BEIRUT, Lebanon (AP) _ Shiite Moslem kidnappers freed French hostage Aurel Cornea, a soundman for France's Antenne-2 television network, at west Beirut's Hotel Beaurivage on Christmas Eve at 5:55 p.m. (10:55 a.m. EST), witnesses reported.

The Revolutionary Justice Organization said earlier today it would release one of two French hostages it has held since last March. The hotel is near the headquarters of Syrian army observers in charge of west Beirut security.

The bespectacled Cornea, 54, kidnapped nearly 10 months ago, was dropped by a black Mercedes-Benz about 200 yards from the hotel in the Ramlet al-Baida district in front of the headquarters of a foundation, witnesses said.

Two of the foundation's employees recognized Cornea and walked him to the Beaurivage, where reporters and photographers rushed to interview him.

But armed French Embassy guards took hold of Cornea and put him in an embassy gray metallic Peugeot that was quickly cordoned off by French and Syrian security men, witnesses said.

French bodyguards cocked their pistols and sub-machine guns and, with shouts, pushed back reporters crowding in as the bearded Cornea, wearing a wine red sweater and gray jacket was helped into the car.

The car first went to the Syrian observers' headquarters a block away, reporters chasing the vehicle said, where a Syrian army colonel climbed in. Then the car sped away and journalists lost sight of it in the traffic-jammed seaside Raouche district.

The French Embassy refused to give any information about Cornea's whereabouts.

The release came 55 minutes after a self-announced deadline set by Revolutionary Justice.

Revolutionary Justice announced that a hostage would be handed over today in a handwritten statement delivered to a Western news agency office in west Beirut about two hours earlier.

The statement asked representatives of French Premier Jacques Chirac, Syrian President Hafez Assad and Iran to go to the Beaurivage for the release.

It urged reporters and photographers to head at once to the Beaurivage, where two other French hostages were freed last June.

Revolutionary Justice on Nov. 10 released two other French hostages, Camille Sontag, 85, and Marcel Coudari, 54, at just about the same time that the U.S. Iran arms sale scandal began to explode in Washington. It was contended that the arms deal was devised to help gain the release of Americans held in Lebanon by pro-Iranian kidnappers.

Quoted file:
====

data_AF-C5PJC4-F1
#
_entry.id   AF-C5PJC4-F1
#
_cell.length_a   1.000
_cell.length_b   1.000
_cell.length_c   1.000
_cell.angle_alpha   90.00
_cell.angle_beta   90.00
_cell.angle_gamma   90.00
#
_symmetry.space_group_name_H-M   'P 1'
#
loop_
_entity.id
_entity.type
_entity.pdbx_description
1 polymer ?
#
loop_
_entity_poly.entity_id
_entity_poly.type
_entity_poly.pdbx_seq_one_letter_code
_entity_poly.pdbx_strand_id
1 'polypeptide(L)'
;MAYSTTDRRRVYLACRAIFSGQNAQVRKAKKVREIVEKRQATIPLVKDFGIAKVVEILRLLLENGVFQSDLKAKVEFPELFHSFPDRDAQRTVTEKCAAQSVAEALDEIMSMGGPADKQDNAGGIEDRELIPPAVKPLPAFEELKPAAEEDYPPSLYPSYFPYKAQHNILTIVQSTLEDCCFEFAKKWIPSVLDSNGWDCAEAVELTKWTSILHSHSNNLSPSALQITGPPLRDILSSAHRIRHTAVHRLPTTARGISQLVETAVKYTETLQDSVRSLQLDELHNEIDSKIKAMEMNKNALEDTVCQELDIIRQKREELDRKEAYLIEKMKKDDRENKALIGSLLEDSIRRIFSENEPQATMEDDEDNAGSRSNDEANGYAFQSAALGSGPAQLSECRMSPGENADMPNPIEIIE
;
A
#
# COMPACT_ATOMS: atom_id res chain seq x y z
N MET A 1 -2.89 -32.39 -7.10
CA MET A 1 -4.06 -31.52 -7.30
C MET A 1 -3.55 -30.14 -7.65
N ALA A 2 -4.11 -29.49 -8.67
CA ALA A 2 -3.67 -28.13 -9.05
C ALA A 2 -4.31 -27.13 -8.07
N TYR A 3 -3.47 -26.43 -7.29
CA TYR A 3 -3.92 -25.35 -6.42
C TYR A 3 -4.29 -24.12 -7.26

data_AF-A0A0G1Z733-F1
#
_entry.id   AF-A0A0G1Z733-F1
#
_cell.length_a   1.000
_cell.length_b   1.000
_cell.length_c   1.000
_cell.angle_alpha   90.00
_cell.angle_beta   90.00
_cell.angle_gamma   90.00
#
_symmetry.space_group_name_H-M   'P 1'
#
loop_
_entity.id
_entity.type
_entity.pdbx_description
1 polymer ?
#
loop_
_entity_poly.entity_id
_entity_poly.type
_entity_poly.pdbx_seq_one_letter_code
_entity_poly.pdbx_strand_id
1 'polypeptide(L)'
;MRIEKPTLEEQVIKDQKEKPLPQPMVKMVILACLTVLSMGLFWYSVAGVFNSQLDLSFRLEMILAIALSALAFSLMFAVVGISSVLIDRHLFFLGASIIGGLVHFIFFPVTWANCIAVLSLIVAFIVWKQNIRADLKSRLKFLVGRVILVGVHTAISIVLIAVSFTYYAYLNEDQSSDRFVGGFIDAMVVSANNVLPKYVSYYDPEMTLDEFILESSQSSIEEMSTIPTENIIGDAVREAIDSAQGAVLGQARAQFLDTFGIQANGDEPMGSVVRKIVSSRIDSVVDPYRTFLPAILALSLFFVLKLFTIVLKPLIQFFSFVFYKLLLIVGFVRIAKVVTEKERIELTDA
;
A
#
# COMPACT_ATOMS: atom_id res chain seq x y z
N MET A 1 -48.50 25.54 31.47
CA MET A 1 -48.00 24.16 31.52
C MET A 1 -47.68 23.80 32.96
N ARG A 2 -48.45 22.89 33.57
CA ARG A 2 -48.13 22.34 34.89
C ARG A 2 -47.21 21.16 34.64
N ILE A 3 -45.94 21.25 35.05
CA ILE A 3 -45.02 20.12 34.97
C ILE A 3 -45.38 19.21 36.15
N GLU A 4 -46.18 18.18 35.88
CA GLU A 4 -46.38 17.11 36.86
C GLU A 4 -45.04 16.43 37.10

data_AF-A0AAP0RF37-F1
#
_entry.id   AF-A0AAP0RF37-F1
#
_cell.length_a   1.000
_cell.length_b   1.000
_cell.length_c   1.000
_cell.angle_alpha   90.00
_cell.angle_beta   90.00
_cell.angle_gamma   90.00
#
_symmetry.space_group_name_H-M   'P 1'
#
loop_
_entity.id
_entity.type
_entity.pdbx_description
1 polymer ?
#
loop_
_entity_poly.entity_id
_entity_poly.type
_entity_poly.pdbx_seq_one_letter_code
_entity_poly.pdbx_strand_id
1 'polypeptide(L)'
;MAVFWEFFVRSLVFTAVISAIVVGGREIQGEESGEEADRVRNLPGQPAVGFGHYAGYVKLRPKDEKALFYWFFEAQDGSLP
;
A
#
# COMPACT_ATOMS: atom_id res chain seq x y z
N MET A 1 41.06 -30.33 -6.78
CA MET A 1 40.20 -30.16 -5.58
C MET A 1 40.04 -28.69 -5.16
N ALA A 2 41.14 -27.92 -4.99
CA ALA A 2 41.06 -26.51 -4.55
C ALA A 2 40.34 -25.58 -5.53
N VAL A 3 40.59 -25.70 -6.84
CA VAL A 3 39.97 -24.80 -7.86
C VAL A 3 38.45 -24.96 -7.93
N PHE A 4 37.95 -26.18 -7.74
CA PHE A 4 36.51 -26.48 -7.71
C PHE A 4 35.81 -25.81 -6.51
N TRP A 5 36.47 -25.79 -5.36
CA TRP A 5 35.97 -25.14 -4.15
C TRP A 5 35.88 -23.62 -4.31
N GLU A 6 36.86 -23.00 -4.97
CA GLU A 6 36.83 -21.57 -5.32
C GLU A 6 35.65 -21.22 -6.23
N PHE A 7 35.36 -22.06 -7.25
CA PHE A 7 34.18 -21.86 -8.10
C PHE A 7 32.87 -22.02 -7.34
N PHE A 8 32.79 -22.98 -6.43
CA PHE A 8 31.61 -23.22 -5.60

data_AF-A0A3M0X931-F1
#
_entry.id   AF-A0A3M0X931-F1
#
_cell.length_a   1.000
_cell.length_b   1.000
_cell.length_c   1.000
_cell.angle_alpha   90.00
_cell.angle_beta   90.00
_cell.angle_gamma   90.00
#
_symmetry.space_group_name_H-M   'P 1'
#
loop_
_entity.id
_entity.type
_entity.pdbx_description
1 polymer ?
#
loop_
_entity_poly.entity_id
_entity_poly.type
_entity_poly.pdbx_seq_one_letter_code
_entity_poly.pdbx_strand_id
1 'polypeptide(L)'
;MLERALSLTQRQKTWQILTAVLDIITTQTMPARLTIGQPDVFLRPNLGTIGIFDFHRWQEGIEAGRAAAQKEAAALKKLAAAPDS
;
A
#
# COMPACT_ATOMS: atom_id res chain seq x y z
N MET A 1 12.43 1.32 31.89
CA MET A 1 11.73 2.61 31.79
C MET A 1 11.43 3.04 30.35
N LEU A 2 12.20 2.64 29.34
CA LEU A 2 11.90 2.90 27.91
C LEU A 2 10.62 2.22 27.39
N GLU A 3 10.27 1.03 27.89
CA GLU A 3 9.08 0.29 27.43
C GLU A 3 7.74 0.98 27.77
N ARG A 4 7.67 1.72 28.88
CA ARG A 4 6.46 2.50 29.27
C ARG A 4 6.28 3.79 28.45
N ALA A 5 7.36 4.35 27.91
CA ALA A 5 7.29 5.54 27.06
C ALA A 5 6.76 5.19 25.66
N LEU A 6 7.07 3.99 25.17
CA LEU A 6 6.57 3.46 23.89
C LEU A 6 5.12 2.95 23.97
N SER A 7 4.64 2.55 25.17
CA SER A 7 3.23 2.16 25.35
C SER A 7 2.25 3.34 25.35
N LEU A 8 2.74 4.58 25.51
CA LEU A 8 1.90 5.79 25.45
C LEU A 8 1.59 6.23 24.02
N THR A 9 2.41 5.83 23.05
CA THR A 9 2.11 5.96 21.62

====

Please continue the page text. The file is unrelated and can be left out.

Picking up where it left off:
Today's statement foreshadowing Cornea's release was the third issued by Revolutionary Justice in two days about the imminent release of a French hostage.

The British Embassy earlier appealed to Moslem kidnappers to reveal the fate of two British journalists, saying Christmas would be a time of ''agony and doubts'' for their families.

A French military plane and a second plane bearing a French flag were at the airport in Larnaca, Cyprus, which has been a stopping point for some hostages brought out of Lebanon.

Revolutionary Justice, a group believed made up of pro-Iranian Shiite extremists, said in a communique Tuesday night that it would free one of two French hostages it holds within 48 hours.

Revolutionary Justice still holds another television crewman from Antenne- 2, lighting engineer Jean-Louis Normandin, 34.

They were abducted March 8 along with correspondent Philipe Rochot, 39, and cameraman Georges Hansen, 45, after covering a mass rally for the Iranian- backed Hezbollah, or Party of God, in suburban Beirut. The kidnappers freed Rochot and Hansen on June 20.

In its first statement Tuesday, Revolutionary Justice said its decision to release a hostage was a new goodwill gesture ''on the occasion of Christmas.''

The group spoke of mediation by Iran, Syria and Algeria, praised Chirac's Middle East policies and urged France to stop arms supplies to Iraq, Iran's enemy in the 6 1/2 -year-old Gulf War.

In all, 15 foreigners are now missing in Lebanon - six Americans, four Frenchmen, two Britons, one Irishman, one Italian and a South Korean.

The British Embassy appeal was published in Beirut's two leading newspapers, An-Nahar and As-Safir, along with old pictures of journalists Alec Collett and John McCarthy. They were kidnapped March 25, 1985, and April 17, 1986, respectively.

''Christmas in Great Britain is an occasion for family reunion,'' said the appeal, signed by British Charge d'Affaires Francis Gallagher. ''But for the families of Alec Collett and John McCarthy, Christmas will be a time for agony and doubts.''

Gallagher described both missing Britons as ''friends of the Arabs'' and appealed to the kidnappers to ''get in touch with me in whatever method you deem fit'' to reveal their fate.

The Revolutionary Organization of Socialist Moslems, which claimed Collett's abduction, said last April 23 that it hanged him in retaliation for the U.S. air raid on Libya that month. Britain allowed the United States to use American planes based in Britain in that raid.

The group, which is believed linked to the Abu Nidal Palestinian terrorist organization, released a videotape purporting to show the 64-year-old New York-based writer dangling from a gallows.

But U.N. officials who knew Collett could not confirm that he was the man in the videotape. No body has been found.

Collett was on a writing assignment for the U.N. Relief and Works Agency for Palestine Refugees when he was abducted on Beirut's southern outskirts.

McCarthy, 30, of Barnet, north London, worked for the London-based Worldwide Television News network. He was snatched as he drove to Beirut airport to catch a flight to London. No group has claimed his abduction.